When traffic is coming to your website or blog, nearly unfettered, it gives you the opportunity to test out a variety of marketing initiatives. However, without that traffic, you're forced to spend money on costly ads before really determining the effectiveness of your offers and uncovering your cost-per acquisition (CPA), two things which are at the core of scaling out any business online.
While most of the links to your site will be added gradually, as people discover your content through search or other ways and link to it, Google understands that you'd like to let others know about the hard work you've put into your content. Effectively promoting your new content will lead to faster discovery by those who are interested in the same subject. As with most points covered in this document, taking these recommendations to an extreme could actually harm the reputation of your site.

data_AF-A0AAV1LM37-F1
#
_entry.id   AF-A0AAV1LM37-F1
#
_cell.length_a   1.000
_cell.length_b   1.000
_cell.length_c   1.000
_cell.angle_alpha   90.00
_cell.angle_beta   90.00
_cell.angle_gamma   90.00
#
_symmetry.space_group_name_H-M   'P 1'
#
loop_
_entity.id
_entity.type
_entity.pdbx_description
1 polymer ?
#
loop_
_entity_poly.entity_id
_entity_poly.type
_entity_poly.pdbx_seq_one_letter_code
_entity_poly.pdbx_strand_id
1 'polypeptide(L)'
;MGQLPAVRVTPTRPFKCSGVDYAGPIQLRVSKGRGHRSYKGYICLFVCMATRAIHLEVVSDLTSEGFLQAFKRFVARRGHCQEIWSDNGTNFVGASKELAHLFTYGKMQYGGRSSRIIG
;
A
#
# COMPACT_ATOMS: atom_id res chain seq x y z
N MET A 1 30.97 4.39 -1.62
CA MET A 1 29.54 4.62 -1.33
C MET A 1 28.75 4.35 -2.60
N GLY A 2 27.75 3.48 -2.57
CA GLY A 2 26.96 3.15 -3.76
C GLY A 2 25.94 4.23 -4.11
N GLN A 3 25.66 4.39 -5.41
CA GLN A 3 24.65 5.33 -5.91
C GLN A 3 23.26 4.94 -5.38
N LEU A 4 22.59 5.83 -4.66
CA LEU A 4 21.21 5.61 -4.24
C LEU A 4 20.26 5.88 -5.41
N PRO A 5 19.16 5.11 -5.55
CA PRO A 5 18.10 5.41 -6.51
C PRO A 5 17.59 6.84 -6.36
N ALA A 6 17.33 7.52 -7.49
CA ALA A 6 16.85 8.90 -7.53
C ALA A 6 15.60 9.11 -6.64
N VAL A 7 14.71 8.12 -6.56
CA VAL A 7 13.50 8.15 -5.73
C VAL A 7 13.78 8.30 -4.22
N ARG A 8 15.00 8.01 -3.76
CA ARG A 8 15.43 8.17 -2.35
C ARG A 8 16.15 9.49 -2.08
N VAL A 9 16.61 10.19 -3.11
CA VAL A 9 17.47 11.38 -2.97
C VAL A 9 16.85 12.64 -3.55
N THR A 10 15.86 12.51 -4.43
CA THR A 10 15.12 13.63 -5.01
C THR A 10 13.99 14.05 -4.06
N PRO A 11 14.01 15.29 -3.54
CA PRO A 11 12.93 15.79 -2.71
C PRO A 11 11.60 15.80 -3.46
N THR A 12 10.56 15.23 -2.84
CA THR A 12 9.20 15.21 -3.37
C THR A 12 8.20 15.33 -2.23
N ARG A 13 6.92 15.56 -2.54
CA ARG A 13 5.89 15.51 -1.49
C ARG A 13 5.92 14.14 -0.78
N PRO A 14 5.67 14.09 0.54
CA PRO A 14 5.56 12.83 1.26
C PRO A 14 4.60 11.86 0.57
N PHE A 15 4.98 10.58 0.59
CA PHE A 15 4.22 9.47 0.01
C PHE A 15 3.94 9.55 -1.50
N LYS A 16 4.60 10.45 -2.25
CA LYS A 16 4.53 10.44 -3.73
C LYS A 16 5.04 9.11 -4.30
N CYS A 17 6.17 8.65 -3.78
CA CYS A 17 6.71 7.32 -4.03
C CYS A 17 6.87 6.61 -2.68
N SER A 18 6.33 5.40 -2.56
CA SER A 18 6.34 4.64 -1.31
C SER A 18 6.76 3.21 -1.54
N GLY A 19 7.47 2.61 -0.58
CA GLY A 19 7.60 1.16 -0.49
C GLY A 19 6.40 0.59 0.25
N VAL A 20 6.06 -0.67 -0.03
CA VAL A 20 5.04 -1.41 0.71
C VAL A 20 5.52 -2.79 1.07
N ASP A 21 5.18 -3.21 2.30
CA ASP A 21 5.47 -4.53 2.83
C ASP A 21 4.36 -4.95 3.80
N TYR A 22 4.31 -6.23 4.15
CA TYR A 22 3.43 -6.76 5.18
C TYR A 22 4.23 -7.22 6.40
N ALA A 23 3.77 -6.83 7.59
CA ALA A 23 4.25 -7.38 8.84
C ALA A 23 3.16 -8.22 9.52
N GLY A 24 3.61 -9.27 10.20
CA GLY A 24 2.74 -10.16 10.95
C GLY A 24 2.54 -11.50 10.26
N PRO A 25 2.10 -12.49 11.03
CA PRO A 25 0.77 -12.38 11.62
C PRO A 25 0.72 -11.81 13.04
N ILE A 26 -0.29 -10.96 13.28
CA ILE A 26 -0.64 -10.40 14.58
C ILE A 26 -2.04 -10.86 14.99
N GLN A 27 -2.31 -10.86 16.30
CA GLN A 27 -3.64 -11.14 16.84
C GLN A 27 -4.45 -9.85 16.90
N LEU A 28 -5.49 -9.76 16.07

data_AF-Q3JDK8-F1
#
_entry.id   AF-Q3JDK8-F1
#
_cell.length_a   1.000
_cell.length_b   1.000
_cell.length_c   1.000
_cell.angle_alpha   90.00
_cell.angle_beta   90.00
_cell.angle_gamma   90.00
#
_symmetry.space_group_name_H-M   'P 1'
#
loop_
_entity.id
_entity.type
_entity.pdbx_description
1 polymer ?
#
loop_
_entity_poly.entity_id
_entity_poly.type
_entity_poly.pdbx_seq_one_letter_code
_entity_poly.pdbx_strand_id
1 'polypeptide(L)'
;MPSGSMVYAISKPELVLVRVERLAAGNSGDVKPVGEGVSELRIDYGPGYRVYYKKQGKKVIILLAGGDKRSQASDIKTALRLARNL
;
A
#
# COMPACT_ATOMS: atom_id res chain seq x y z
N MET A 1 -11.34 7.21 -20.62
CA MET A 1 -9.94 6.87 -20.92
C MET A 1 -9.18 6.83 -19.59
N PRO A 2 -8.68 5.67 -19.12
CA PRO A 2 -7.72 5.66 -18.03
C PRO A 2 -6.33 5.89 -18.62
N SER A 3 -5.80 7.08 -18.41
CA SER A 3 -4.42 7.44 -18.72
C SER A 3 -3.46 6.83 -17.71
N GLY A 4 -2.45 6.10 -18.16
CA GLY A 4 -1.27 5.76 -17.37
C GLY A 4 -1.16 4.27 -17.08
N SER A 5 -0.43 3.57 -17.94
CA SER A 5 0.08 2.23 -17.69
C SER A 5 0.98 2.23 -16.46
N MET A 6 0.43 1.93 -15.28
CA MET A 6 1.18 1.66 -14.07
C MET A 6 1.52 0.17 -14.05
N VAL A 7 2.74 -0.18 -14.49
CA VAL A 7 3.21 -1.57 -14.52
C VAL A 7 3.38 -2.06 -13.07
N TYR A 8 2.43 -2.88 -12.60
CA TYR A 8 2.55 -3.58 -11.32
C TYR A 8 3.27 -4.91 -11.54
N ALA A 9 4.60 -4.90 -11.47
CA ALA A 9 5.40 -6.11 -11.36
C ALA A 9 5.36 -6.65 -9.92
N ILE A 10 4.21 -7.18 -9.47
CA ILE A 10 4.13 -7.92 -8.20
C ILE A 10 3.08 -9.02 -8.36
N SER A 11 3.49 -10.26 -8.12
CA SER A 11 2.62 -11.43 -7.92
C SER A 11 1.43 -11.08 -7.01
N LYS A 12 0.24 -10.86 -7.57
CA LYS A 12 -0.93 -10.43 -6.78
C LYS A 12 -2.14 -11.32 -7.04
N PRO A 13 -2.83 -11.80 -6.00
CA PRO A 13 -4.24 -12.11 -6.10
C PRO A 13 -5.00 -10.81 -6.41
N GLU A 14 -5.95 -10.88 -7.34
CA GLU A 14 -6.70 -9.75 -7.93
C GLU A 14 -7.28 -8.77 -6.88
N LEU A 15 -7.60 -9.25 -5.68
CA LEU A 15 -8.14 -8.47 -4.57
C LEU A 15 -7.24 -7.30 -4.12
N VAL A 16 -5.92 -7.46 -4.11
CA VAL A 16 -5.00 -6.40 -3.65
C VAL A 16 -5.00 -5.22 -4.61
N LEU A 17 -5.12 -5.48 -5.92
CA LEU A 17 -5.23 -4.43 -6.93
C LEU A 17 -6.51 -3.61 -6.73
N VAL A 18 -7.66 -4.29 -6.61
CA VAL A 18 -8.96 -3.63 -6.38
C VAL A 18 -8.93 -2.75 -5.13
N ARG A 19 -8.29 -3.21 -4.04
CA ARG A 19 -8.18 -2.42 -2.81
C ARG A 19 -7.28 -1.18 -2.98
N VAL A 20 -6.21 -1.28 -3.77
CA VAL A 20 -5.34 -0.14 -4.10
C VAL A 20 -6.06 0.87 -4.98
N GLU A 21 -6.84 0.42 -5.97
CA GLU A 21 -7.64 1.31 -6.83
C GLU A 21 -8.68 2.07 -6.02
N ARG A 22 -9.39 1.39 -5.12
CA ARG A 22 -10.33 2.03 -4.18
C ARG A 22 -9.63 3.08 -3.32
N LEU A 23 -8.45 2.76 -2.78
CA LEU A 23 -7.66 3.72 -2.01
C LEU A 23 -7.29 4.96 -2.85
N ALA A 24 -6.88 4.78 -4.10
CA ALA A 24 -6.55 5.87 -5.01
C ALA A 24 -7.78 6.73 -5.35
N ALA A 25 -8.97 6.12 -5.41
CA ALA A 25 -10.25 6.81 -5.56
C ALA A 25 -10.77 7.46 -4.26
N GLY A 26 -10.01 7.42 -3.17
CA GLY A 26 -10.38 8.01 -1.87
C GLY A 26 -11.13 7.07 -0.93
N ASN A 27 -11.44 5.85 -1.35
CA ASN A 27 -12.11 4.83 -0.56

The truth? Today, rising above the noise and achieving any semblance of visibility has become a monumental undertaking. While we might prevail at searching, we fail at being found. How are we supposed to get notice while swimming in a sea of misinformation and disinformation? We've become immersed in this guru gauntlet where one expert after another is attempting to teach us how we can get the proverbial word out about our businesses and achieve visibility to drive more leads and sales, but we all still seem to be lost.
When would this be useful? If your site has a blog with public commenting turned on, links within those comments could pass your reputation to pages that you may not be comfortable vouching for. Blog comment areas on pages are highly susceptible to comment spam. Nofollowing these user-added links ensures that you're not giving your page's hard-earned reputation to a spammy site.